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PostgreSQL and the SQL standards process

PostgreSQL and the SQL standards process

Posted Sep 21, 2011 22:02 UTC (Wed) by n8willis (subscriber, #43041)
In reply to: PostgreSQL and the SQL standards process by Simetrical
Parent article: PostgreSQL and the SQL standards process

That's true; I hope I did not suggest somehow that all standards bodies are the same. However, even W3C standardization processes can be slowed down by antagonistic participants with their own agenda. Open source projects are not impervious to being said troublesome participant, either, naturally. And I have heard from W3C folks that not as many FOSS projects get involved as the group would like; I chalk that up largely to Berkus' Challenge #2: it's hard to get someone free to sit in on phone and in-person meetings.


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PostgreSQL and the SQL standards process

Posted Sep 21, 2011 22:18 UTC (Wed) by Simetrical (guest, #53439) [Link]

Different parts of the W3C do things differently. The key Working Groups (HTML, WebApps, CSS, SVG) tend to follow whatever the major browsers' implementers agree on, so no one other than implementers can really cause much trouble. Of course, sometimes implementers won't agree on something, like media format support for <video>. But there's not much to do about that. Fortunately, right now all the major browser implementers are largely committed to interoperability, so we don't have a lot of obstructionism.

The active participants in the Working Groups I'm involved in tend to almost all be employed by one of the major browser implementers: Microsoft, Mozilla, Google, Apple, and Opera. Some of these (Mozilla, WebKit, Chromium) are FOSS. There are a nontrivial number of people participating in their spare time, too. I was one for a few years before I started getting paid to do it this year.

The groups I'm active in (HTML and WebApps) don't do anything significant by phone or in-person meetings. It's all mailing lists, IRC, and bug trackers. They're really run like open-source projects.

PostgreSQL and the SQL standards process

Posted Sep 22, 2011 18:42 UTC (Thu) by jwakely (guest, #60262) [Link]

Different parts of ISO do things differently too: the ISO C++ committee may not be perfect but by the sound of things it's a lot more open than the SQL one.

PostgreSQL and the SQL standards process

Posted Sep 23, 2011 5:35 UTC (Fri) by ncm (subscriber, #165) [Link]

That's a recent change. Curiously, it hasn't been a result of changes in ISO rules, but just interpretations of them. Committee Drafts are still secret, but Working Papers, effectively identical, are not. Likewise, published Standards. Committee mailing lists and issues lists exist entirely outside ISO's domain. Even voting rights make much less difference than one might think; actually doing the work carries more weight, because when in doubt, voters vote with whoever seems to know more, and most voters are always in doubt.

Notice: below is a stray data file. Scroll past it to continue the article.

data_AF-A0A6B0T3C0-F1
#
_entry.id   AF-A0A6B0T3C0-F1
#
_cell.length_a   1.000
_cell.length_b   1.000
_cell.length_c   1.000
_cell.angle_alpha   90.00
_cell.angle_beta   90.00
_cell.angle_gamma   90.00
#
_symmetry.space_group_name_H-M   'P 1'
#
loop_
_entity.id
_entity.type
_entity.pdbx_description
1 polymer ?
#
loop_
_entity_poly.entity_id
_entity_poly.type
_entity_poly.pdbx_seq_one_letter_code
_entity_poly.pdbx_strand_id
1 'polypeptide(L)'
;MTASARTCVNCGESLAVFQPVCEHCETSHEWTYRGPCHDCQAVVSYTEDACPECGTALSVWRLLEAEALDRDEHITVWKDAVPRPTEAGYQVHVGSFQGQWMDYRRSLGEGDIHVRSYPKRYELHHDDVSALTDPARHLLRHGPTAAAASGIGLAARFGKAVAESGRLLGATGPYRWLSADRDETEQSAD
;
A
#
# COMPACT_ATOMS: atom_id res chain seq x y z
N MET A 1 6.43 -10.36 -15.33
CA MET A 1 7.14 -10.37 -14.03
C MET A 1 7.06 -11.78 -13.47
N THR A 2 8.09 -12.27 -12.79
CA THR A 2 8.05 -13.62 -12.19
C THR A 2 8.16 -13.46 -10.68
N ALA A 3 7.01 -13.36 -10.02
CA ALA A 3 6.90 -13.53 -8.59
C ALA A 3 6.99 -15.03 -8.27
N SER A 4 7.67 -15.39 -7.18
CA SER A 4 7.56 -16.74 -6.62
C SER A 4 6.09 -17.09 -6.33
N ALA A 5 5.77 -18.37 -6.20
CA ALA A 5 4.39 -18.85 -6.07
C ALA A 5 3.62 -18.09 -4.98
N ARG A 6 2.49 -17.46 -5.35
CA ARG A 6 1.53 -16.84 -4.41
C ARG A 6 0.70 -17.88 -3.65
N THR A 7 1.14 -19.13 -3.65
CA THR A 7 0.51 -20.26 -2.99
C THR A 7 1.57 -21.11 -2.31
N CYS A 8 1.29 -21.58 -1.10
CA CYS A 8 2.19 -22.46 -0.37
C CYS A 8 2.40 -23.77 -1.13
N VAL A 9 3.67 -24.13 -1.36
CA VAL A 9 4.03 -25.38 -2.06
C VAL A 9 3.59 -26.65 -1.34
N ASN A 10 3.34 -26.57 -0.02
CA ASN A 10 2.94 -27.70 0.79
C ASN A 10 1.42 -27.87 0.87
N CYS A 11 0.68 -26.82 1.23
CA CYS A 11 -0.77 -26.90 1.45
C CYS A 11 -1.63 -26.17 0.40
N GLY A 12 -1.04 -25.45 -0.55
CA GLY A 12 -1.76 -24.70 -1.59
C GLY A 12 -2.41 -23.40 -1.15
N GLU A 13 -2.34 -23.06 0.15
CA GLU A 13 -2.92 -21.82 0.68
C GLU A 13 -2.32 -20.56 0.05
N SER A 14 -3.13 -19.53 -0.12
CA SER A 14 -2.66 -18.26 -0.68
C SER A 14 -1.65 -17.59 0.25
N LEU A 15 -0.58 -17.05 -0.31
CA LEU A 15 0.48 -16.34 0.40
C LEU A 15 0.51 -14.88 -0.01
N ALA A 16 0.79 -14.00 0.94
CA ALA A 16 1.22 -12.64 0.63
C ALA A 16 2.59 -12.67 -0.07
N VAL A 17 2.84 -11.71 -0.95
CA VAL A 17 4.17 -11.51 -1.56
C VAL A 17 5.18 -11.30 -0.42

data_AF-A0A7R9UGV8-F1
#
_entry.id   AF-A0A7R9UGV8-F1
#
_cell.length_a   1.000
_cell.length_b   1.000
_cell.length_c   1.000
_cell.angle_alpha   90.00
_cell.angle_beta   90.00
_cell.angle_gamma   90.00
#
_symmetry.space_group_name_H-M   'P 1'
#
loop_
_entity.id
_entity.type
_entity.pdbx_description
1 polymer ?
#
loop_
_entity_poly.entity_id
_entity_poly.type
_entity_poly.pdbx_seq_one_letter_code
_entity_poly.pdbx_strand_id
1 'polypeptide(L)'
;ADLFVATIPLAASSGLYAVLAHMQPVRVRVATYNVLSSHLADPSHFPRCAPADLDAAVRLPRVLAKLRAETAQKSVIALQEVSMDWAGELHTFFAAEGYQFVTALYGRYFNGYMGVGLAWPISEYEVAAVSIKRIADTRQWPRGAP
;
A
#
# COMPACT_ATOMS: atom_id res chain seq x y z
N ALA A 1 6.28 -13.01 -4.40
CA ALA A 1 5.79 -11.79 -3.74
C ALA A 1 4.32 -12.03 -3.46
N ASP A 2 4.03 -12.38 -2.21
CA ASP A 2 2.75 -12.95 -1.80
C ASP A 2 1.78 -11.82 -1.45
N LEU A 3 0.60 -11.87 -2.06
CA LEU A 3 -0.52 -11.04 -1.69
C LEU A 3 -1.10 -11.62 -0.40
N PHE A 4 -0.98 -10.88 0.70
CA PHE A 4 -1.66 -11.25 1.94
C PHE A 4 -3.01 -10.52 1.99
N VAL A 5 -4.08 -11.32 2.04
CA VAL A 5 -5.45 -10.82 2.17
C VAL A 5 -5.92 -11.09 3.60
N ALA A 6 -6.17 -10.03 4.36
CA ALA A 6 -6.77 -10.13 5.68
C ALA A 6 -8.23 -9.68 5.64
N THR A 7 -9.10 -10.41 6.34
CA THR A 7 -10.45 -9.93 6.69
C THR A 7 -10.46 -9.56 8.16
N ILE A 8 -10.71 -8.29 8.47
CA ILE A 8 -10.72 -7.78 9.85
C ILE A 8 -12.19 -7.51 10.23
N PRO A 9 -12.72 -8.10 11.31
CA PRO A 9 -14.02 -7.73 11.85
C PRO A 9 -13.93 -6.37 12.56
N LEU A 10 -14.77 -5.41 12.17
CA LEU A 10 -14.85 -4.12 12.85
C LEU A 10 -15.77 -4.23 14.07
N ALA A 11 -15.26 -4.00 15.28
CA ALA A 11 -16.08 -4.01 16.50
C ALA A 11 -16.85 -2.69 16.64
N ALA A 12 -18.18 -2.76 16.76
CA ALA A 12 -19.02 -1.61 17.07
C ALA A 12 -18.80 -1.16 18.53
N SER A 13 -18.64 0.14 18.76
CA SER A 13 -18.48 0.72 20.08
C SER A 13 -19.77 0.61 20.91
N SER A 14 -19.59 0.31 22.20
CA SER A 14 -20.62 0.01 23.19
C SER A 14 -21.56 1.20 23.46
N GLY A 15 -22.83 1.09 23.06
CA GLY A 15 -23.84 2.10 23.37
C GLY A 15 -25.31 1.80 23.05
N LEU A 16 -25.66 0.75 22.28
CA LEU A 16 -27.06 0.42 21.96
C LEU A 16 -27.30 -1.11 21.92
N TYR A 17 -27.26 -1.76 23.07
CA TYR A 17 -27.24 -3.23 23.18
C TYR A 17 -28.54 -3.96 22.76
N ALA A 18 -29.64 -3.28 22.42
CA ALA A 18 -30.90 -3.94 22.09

PostgreSQL and the SQL standards process

Posted Sep 22, 2011 22:06 UTC (Thu) by justincormack (subscriber, #70439) [Link]

A lot of the rest of the w3c doesnt work like this though, and a lot of this appened because of html5. Before tht there was a mess of unused xml standards...

PostgreSQL and the SQL standards process

Posted Sep 22, 2011 22:17 UTC (Thu) by Simetrical (guest, #53439) [Link]

Yep, definitely. But all the W3C standards I can think of that are undergoing active development, and that are targeted at web browsers, work entirely in the open these days. There may be exceptions. But even the worst WG in the W3C publishes its standards for free on the web, and is required to listen to feedback from the general public, so it's still way better than the SQL situation described in this article.

listening to feedback

Posted Sep 23, 2011 13:29 UTC (Fri) by pjm (subscriber, #2080) [Link]

What does "required to listen to feedback" mean? Sure, anyone can post to the mailing list, but my experience with the CSS mailing list (www-style) is that it can take months to get a reply, and the eventual reply can still be "we've decided not to address this" without giving any reason. There's a w3c policy document that says that this "should" not happen; yet happen it does.

While it's true that the CSS 2.1 specification is published on the web, it's also true that the published specification contains contradictions and does not contain enough information to pass the test suite.

Yes, it's like an open-source project: no-one's under any obligation to address the bug reports you file.

listening to feedback

Posted Sep 23, 2011 17:40 UTC (Fri) by Simetrical (guest, #53439) [Link]

Yep, nothing is perfect by any means. It's a far cry better than what's described in the article, though. For what it's worth, some of the more recent specifications are far more detailed, and hopefully do contain enough information to pass their test suites. CSS 2.1 is ancient, although it only just made REC.

But all the CSS specs are less precise than the newer HTML/DOM specs. At some point we're going to have to rewrite CSS from scratch with the same level of precision as HTML and DOM have been rewritten. We've learned a lot over the last decade about how to write standards.

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